To explore the idea that a single vaccine could inoculate against multiple coronaviruses, Martinez and his colleagues created a new spike protein – one that’s not found in any virus.

“We’ve taken advantage of the fact that the spike protein of coronavirus is modular,” Martinez says. Instead of making an mRNA strand that encodes an entire spike protein, they created four different mRNAs, each with segments from three different coronavirus spikes. They chose segments from the 2003 SARS virus, the 2019 virus (SARS-CoV-2), and two bat coronaviruses that can infect human cells but haven’t yet caused epidemics. The team first published their resultsexternal link, opens in a new tab on the preprint server bioRxiv in May. 

Like a LEGO minifigure with the legs of a cowboy, the torso of Spider-Man, and the helmet of an astronaut, each hybrid spike protein contained three protein parts from different coronaviruses. Despite the mismatch, the mouse immune system still recognized these reshuffled proteins. After inoculating mice with the hybrid spike vaccine, the animals produced antibodies effective against each of the component spike proteins.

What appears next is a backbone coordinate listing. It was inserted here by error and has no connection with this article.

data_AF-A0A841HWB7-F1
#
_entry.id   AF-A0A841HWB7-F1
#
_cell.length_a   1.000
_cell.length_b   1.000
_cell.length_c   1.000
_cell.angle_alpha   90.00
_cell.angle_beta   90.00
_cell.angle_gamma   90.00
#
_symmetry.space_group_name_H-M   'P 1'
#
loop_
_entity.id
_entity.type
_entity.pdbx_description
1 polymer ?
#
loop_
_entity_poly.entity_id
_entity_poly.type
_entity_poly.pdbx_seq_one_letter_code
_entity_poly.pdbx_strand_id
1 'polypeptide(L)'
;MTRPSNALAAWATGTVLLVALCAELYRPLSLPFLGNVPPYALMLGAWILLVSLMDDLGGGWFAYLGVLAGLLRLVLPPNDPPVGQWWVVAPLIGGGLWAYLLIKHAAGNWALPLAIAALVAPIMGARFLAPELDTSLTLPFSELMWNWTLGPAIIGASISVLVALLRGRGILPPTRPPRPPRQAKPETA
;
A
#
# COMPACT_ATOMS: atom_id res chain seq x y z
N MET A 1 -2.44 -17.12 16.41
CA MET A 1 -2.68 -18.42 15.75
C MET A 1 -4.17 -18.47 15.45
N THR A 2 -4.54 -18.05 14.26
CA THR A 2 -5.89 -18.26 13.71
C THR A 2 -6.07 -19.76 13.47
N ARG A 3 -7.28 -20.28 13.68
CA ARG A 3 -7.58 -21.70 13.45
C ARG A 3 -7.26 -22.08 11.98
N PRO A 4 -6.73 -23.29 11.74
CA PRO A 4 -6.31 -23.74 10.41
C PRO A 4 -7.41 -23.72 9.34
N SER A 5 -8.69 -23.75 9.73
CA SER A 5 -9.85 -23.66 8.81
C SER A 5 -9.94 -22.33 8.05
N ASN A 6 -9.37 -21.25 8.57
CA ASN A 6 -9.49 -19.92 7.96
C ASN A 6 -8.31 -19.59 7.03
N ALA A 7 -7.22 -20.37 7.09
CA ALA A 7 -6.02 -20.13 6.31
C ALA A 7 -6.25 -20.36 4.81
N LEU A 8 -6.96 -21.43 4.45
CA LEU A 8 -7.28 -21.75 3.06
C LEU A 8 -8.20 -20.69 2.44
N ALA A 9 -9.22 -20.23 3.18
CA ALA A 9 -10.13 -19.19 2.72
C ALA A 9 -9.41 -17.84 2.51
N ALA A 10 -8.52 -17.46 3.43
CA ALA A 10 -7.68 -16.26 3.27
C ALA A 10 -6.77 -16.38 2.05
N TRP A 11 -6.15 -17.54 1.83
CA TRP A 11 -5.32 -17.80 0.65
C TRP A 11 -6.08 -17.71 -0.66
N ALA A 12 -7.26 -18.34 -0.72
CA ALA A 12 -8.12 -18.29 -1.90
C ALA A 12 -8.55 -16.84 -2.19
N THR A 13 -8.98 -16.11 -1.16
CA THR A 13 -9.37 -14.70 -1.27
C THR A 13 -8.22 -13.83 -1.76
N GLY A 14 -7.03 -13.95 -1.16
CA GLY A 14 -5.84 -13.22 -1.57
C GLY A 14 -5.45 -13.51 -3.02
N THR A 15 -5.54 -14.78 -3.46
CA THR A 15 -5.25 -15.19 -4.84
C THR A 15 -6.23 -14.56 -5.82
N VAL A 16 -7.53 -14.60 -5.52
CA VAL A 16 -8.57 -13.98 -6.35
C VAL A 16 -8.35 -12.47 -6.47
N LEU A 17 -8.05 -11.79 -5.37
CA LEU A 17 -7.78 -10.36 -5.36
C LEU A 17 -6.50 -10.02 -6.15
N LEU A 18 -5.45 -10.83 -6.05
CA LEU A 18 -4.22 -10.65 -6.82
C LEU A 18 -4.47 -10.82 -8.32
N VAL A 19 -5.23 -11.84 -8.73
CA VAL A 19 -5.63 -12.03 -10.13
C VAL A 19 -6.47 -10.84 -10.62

Inoculated mice were protected from the coronaviruses whose spike protein subunits were in the vaccine – and they also resisted two other viruses, including B.1.351 (now known as the “beta” variant). That finding inspires optimism for the team’s strategy, Martinez says, because it suggests that antibodies generated by hybrid spike vaccines could protect against a broad assortment of potential coronaviruses.

Proof of concept

Martinez’s team’s vaccine used the same mRNA technology that made the Moderna and Pfizer-BioNTech vaccines so successful. Because mRNA is easy to manufacture, once scientists figure out an optimal spike protein combo, mass production should be straight-forward. Before the vaccine moves to human testing, though, Martinez’s team will conduct studies in larger animals to verify safety and efficacy. These animal studies are still in the planning stages, so trials in humans could still be months away.

Though inoculated mice weren’t protected against every kind of coronavirus, the vaccine was highly effective against “Sarbecoviruses,” the subgroup that includes SARS and SARS-CoV-2. The mice also produced antibodies against more distantly related coronaviruses, including the MERS virus.

“We’re trying to find a way to generate a vaccine that can protect against this subgroup that we know is high-risk,” Martinez says. “And we’ve showed that, preclinically, this approach can work.”



D.R. Martinez et al. “Chimeric spike mRNA vaccines protect against Sarbecovirus challenge in miceexternal link, opens in a new tab." Science. Published online June 22, 2021. doi: 10.1126/science.abi4506